The best foods to add to a diabetic diet


Diabetic patients often crib that they cannot eat anything. Many new studies have found out foods that are healthy and apt for diabetic patients. These foods are easily available are tasty and help in controlling diabetes. Why not learn to eat healthy?

There are a lot of things that diabetic patients, in India, do wrong. Foremost among them are not going to a dietician for an individualistic diabetic diet plan and not seeing an endocrinologist. An endocrinologist and dietician can actually work together to formulate the right approach to control and overcome the symptoms of diabetes. The number of people I find, in online forums, asking for suggestions on what can be eaten by diabetic patients' amazes me.

Keeping the above in mind I have compiled a list of foods that are safe, healthy and help in controlling diabetes. The foods listed below have remarkable properties that can control diabetes and medical conditions linked to the disease. All foods on this list suit the Indian palette; they are easily available all through the year, at your local grocery store and to top it are affordable.

Bitter gourd (Karela)


Bitter gourd is one of my favourite vegetables. Most people hate this vegetable, but I love its bitter taste – for most, it is actually an acquired taste. According to Ayurveda bitter gourd is an elixir for people suffering from diabetes. Use the vegetable liberally, every day if possible, and watch your blood sugar levels drop. The vegetable helps in attaining encouraging sugar levels by quashing the longing for sweet taste.

Karela is nutrient rich with copious amounts of beta carotene and iron. It is a good source of calcium and potassium and contains Vitamins B1, Vitamin B2, Vitamin B3 and Vitamin C. The vegetable also has the mineral phosphorous. Additionally, it is an excellent source of soluble and insoluble fibre.

Diabetic patients can include the vegetable in their diet in any form, but consuming juice extracted from the unripe vegetable works best. It helps in regulating insulin levels effectively. Researchers have identified several compounds in the vegetable that have blood sugar lowering abilities. The big plus is that it has fewer known side effects on the body, than insulin.

Cinnamon (Dalchini)


Cinnamon is a commonly used spice in Indian cuisine. The spice is obtained from the bark of a tree. Daily intake of a few grams of cinnamon powder can greatly reduce serum glucose levels in a diabetic patient. Moreover, regular ingestion of cinnamon powder also affects the LDL cholesterol levels in diabetic patients.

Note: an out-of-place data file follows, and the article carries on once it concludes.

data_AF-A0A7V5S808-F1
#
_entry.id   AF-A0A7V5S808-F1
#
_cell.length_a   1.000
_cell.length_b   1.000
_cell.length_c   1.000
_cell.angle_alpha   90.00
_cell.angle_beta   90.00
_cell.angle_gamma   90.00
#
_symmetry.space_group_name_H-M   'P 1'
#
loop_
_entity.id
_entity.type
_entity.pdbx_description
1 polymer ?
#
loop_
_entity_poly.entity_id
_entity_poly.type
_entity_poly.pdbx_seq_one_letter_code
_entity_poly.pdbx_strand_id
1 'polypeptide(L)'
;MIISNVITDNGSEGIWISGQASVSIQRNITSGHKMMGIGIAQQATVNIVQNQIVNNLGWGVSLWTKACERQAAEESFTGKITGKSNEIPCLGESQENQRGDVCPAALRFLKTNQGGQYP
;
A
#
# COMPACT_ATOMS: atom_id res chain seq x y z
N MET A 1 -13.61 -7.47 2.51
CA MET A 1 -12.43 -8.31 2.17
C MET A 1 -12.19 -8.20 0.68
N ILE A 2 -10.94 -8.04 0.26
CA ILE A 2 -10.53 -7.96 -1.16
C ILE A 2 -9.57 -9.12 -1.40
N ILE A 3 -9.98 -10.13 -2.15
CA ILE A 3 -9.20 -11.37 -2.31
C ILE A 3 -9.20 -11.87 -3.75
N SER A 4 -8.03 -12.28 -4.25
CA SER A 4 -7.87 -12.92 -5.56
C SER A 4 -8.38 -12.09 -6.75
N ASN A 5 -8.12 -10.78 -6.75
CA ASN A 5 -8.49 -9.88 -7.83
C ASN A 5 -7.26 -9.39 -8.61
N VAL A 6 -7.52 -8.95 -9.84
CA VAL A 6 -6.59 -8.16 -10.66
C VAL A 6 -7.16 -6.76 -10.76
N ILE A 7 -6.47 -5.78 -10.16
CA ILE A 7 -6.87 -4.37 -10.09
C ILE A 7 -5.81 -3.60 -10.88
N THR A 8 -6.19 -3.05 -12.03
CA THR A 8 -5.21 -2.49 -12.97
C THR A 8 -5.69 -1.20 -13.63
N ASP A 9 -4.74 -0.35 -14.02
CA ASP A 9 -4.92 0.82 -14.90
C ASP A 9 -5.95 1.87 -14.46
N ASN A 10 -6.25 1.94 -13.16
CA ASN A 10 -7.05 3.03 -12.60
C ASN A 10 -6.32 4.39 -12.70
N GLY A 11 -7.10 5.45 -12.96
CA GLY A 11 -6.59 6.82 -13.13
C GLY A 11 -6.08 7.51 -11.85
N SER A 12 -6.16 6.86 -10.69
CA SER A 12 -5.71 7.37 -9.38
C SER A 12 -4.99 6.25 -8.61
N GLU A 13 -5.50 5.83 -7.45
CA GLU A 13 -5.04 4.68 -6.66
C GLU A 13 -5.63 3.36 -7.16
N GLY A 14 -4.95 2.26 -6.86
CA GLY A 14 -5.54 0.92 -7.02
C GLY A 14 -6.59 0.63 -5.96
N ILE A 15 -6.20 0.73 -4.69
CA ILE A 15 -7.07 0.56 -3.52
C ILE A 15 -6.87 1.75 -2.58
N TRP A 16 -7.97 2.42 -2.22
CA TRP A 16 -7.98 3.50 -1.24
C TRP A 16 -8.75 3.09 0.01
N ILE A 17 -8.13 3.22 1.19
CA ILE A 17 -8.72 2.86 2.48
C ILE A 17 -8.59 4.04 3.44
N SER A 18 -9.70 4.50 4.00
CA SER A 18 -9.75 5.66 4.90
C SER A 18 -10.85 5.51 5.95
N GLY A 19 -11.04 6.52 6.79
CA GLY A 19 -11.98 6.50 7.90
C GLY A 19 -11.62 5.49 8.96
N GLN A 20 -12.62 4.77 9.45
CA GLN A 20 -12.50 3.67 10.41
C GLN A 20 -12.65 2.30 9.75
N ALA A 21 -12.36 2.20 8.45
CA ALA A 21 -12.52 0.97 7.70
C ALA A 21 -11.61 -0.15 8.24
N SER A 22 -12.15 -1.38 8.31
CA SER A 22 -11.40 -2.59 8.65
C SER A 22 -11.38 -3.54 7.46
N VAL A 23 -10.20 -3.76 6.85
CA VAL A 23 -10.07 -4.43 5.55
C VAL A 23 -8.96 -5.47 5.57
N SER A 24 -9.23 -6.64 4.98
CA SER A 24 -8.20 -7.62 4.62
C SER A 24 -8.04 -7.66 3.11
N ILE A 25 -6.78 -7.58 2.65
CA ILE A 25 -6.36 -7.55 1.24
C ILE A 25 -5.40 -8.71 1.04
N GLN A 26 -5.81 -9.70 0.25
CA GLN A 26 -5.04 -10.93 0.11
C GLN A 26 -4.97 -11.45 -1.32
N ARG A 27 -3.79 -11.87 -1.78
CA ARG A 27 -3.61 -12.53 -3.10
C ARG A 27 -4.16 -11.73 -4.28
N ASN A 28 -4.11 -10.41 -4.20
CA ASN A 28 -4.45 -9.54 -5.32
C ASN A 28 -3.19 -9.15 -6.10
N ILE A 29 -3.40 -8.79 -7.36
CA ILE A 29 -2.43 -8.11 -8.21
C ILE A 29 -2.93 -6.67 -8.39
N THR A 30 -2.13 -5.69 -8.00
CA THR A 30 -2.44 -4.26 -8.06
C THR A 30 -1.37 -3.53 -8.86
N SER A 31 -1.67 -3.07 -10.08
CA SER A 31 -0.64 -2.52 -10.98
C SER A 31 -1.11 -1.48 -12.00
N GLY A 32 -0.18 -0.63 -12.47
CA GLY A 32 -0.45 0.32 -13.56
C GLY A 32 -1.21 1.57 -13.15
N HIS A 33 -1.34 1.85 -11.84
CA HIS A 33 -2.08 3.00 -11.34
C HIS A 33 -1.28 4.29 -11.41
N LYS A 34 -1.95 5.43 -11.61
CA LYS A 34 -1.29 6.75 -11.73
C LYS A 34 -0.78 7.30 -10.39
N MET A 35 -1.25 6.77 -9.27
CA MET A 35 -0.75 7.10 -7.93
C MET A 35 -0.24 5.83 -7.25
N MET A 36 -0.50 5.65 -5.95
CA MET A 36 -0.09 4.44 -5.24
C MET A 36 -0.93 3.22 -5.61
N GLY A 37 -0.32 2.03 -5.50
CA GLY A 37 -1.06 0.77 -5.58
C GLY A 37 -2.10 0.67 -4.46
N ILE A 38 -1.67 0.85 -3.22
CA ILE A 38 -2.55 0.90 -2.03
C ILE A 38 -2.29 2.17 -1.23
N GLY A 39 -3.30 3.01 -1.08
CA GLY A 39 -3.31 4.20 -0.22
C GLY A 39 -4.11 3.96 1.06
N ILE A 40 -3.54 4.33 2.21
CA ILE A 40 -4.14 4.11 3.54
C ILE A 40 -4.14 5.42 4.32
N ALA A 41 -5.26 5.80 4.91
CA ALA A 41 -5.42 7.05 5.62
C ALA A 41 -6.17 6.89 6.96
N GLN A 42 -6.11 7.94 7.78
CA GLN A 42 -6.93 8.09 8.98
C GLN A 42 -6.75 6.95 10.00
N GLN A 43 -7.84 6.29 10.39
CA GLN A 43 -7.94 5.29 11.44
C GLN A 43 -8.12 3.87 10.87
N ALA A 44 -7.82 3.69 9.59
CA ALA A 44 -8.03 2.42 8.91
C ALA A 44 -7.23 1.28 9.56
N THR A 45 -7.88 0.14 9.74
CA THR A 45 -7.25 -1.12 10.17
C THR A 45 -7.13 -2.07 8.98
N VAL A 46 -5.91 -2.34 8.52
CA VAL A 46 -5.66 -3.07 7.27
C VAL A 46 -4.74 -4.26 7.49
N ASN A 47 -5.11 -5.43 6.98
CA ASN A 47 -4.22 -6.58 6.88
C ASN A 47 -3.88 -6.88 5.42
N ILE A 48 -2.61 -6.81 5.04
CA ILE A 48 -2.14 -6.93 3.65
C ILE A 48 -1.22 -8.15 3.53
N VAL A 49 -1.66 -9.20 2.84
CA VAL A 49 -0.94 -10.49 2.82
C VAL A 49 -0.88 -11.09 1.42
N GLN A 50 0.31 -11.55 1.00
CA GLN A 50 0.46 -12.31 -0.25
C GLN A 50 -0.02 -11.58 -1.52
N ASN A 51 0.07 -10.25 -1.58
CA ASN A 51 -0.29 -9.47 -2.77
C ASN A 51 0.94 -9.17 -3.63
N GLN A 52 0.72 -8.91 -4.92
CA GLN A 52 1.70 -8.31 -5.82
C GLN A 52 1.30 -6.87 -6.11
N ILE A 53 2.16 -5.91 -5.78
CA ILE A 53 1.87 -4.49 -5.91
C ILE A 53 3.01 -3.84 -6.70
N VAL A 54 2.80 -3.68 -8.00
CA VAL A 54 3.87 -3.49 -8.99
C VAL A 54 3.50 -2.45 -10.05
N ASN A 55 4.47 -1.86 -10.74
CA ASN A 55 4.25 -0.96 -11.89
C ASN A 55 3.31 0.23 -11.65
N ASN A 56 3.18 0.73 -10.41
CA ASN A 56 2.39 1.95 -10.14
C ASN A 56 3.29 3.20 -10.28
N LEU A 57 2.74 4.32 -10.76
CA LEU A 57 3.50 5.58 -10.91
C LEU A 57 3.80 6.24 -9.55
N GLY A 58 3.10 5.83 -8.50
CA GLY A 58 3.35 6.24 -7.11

1 teaspoon of cinnamon powder can be taken after every meal to control diabetes. Patients of diabetes may also flavor their milk or tea with the spice. The powder can be sprinkled over breakfast cereals or chopped fruits.

Fenugreek (Methi)


Methi is quite a versatile product and it can be used in various forms to curb the effects of diabetes.

Methi seeds, known as 'methi dana', are mustard yellow seeds that can be mildly roasted, powdered and added to food. The seeds can also be used as a tempering and during the frying of masalas. Alternatively, 1 teaspoon of methi seeds can be soaked in a glass of water, overnight, and the water had the first thing in the morning. The soaked seeds can also be eaten, for better control over the disease. For variety the seeds can be sprouted in a damp muslin cloth, and used in a salad.

Fresh green methi leaves can also stabilize glucose levels. They can be cooked in a variety of ways – with baby potatoes, with corn kernels, with pulses, with saag (mixed greens), with soya granules, with chicken, fish or goat meat etcetera. Freshly chopped methi leaves can also be added to flour, while kneading the dough. Puree methi leaves and add to dough for flavourful methi pooris.

Dry methi leaves is called kasoori methi. This can be substituted for fresh methi when out of season.

Soya Beans


Soya beans in any form are known to lower sugar levels in the urine. Further, the presence of the compound lecithin in soya products prevents neurological complications in diabetics.

Soy products provide copious amounts of proteins, zinc and calcium. Soy can be had in different forms. The best way to eat it is as whole soya beans. The beans can be sprouted as well. In addition to this soya flour can be added to regular whole wheat flour in the ratio of 1:4. Soya milk and beverages, tofu, edamame (green soya beans), roasted soy nuts, soya granules and nuggets are all good for diabetic patients.

Basil (Tulsi)


Tulsi is well regarded in Indian culture. Its benefits are plenty and it is often referred to as a wonder herb. To control blood sugar levels patients of diabetes can chew 5-6 leaves of tulsi, along with 6 peppercorns (kali mirchi), the first thing in the morning. Regular use of these two ingredients can be very beneficial in controlling blood sugar.

Guava (Amrood)


Guava, the poor man's apple is an excellent product for controlling diabetes. The fruit is available in plenty and is quite cheap too. Guavas are naturally rich in Vitamin C and iron. They have exceptional anti-oxidant property and also aid in digestion.